With the help of a talking freeway billboard, a wacky weatherman tries to win the heart of an English newspaper reporter, who is struggling to make sense of the strange world of early 1990s Los Angeles.
Richard E. Grant
Wealthy native Brit Lawrence Jamieson, living in Beaumont-sur-Mer on the French Riviera, earns most of his money through big cons on wealthy unsuspecting women. With the help of his associates -- corrupt police Inspector Andre, who provides him most of his intel, and his butler Arthur -- he pulls scams such as pretending to be a foreign deposed prince who needs money to finance a secret war to liberate his people. Beaumont-sur-Mer, and thus his world, is invaded by brash American Freddy Benson, another con man whose targets are also wealthy unsuspecting women. Lawrence believes Freddy is the Jackal, a con man whose true identity is unknown but who is known to be working his way through Europe. While Lawrence works on thousands of dollars per scam, Freddy works only on tens or if he is lucky hundreds of dollars. Lawrence's efforts to get Freddy out of his territory are unsuccessful, so when Freddy figures out that Lawrence is a con man like he is, he decides to blackmail Lawrence to ... Written by
According to the DVD commentary, when Freddy is in jail, trying to remember Lawrence's name, the entire scene was improvised by Steve Martin. Frank Oz was crouched out of camera range and tapped Anton Rodgers on the foot to interrupt Martin when Oz felt that he had gone as far as he could with the improv. See more »
When Lawrence Jamison goes to Switzerland, the sign in the train station reads "ZURICH". It should read "ZÜRICH" with an umlaut. See more »
English Sailor #1:
[to a 'wheelchair-bound' Freddie, as Lawrence tries to goad him into getting up and dancing... two sailors are watching and one calls out to Freddie]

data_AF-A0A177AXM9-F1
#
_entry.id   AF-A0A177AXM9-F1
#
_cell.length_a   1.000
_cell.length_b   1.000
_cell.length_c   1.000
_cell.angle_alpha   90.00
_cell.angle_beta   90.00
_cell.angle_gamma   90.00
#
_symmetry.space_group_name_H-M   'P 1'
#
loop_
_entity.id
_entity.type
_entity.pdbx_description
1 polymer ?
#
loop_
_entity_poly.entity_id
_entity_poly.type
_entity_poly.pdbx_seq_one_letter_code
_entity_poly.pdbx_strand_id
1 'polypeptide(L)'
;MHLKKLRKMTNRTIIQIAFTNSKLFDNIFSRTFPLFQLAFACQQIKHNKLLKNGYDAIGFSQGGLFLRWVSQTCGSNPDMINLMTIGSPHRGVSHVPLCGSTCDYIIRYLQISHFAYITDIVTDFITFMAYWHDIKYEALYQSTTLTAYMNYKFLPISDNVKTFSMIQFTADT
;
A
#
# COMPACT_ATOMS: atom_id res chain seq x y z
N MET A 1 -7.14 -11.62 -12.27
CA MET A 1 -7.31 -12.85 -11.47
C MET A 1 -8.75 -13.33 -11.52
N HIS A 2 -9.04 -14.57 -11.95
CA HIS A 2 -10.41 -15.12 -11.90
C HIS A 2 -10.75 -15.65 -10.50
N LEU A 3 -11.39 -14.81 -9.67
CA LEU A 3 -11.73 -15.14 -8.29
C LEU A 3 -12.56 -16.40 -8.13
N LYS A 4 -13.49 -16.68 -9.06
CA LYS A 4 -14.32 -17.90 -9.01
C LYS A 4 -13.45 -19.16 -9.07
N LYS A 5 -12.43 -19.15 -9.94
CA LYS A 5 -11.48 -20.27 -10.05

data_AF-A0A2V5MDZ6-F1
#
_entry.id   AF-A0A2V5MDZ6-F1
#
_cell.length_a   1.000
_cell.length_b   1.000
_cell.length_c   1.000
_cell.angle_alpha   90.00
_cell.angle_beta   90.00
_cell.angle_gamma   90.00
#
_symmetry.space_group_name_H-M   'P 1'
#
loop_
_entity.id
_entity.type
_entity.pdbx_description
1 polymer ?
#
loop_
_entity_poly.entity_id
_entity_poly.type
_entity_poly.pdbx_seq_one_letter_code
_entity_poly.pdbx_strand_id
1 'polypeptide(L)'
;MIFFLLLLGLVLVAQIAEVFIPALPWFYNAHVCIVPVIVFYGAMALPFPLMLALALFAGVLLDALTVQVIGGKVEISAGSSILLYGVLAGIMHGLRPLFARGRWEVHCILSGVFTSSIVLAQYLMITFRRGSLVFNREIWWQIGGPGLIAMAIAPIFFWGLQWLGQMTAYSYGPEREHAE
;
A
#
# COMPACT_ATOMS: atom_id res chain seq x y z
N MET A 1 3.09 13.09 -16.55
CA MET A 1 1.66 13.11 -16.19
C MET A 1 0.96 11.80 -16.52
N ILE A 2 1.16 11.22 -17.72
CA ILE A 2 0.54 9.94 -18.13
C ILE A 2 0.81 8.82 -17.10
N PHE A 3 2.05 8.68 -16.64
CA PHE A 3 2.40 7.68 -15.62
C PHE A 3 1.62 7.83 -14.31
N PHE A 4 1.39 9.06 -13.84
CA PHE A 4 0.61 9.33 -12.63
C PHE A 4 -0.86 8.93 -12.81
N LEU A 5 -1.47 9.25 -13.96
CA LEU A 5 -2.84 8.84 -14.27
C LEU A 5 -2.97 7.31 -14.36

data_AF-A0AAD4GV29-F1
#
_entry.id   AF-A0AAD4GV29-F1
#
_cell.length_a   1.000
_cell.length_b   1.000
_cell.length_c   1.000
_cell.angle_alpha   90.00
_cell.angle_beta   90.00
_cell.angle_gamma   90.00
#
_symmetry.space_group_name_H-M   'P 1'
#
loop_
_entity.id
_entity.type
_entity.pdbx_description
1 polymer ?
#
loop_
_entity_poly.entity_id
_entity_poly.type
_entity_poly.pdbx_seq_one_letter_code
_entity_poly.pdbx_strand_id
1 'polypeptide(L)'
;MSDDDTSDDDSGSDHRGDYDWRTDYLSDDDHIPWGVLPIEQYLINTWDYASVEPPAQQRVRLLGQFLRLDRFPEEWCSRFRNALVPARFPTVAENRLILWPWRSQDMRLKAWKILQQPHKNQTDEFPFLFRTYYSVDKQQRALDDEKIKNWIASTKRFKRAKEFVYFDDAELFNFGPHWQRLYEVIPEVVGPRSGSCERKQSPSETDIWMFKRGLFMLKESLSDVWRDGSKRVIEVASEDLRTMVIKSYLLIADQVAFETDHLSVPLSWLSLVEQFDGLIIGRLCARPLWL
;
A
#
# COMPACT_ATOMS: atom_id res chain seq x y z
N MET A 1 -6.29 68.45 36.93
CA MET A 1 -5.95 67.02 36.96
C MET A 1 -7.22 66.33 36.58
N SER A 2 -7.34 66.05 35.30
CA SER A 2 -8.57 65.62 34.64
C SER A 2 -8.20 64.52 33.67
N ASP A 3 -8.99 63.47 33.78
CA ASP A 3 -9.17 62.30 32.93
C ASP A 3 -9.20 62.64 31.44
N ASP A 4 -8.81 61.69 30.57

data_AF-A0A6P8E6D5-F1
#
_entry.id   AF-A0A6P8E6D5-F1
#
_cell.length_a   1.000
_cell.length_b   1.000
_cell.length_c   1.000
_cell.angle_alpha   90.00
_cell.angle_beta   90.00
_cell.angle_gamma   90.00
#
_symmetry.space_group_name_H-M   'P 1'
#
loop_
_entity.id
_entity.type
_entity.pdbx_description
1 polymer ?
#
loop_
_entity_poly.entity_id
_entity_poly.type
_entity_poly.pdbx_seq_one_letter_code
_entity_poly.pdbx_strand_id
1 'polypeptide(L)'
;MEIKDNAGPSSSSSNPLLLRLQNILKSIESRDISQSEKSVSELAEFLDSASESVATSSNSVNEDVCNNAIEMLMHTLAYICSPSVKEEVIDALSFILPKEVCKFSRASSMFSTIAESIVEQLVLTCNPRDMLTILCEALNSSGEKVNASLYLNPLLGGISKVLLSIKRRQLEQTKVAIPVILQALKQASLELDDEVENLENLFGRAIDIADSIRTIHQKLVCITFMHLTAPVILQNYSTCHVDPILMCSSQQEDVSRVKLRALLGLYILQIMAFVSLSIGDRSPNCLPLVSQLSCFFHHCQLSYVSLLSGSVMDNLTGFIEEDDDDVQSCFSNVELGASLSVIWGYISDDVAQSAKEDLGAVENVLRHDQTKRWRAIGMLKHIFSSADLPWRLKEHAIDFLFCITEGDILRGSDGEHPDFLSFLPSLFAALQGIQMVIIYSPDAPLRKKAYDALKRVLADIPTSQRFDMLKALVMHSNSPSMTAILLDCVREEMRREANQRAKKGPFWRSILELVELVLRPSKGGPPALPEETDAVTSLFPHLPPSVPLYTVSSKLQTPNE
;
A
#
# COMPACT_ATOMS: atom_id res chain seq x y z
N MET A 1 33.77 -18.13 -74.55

Oy! Oy mate! Who's the asshole!
English Sailor #2:
Get up and dance, he says! I'd like to smack him one!
See more »
Director Frank Oz landed the dream team from comedic heaven when Steve
Martin and Michael Caine signed on to star in this hilarious comedy of
manners and mannerisms, `Dirty Rotten Scoundrels,' a film that manages to
entertaining without being offensive in any way, and features some
performances and-- filmed on location in the French Riviera-- some
cinematography by Michael Ballhaus. Made in 1988, this film not only
up well, but seems so refreshing after a decade of `American Pies' and
such fare featuring one witless, forgettable `talent' after another. It's
reminder that true comedy can have sophistication without necessarily
sophisticated, and that real humor is timeless. This is stuff that was
when it was made, is even better today, and will have you laughing even
harder at it twenty, thirty or fifty years from now.
Freddy Benson (Martin) is a small time American con man/aspiring gigolo
traveling abroad with his sights set on the Riviera, specifically Beaumont
Sur Mer, which he understands is easy pickings for a talent such as his.
Why, on the train into town alone, he bilks a compassionate young woman
of dinner and twenty dollars, using the old
ploy. On that same train, however, observing Freddy's operation from
the aisle, is Lawrence Jamieson (Caine), a big time con artist/gigolo, who
as it happens, lives in Beaumont Sur Mer. And instantly, Jamieson looks
upon Freddy with disdain; after all, this is a man who has perfected the
of bilking rich young women for sums that fall into five and six digits by
successfully masquerading as a Prince or some such Nobility, who needs
sums of money in order to `save' his country from the Communists, an
unspecified opposition, or whatever else will work. Furthermore, it's
a lot of time and effort to get to where he's at, and he's not about to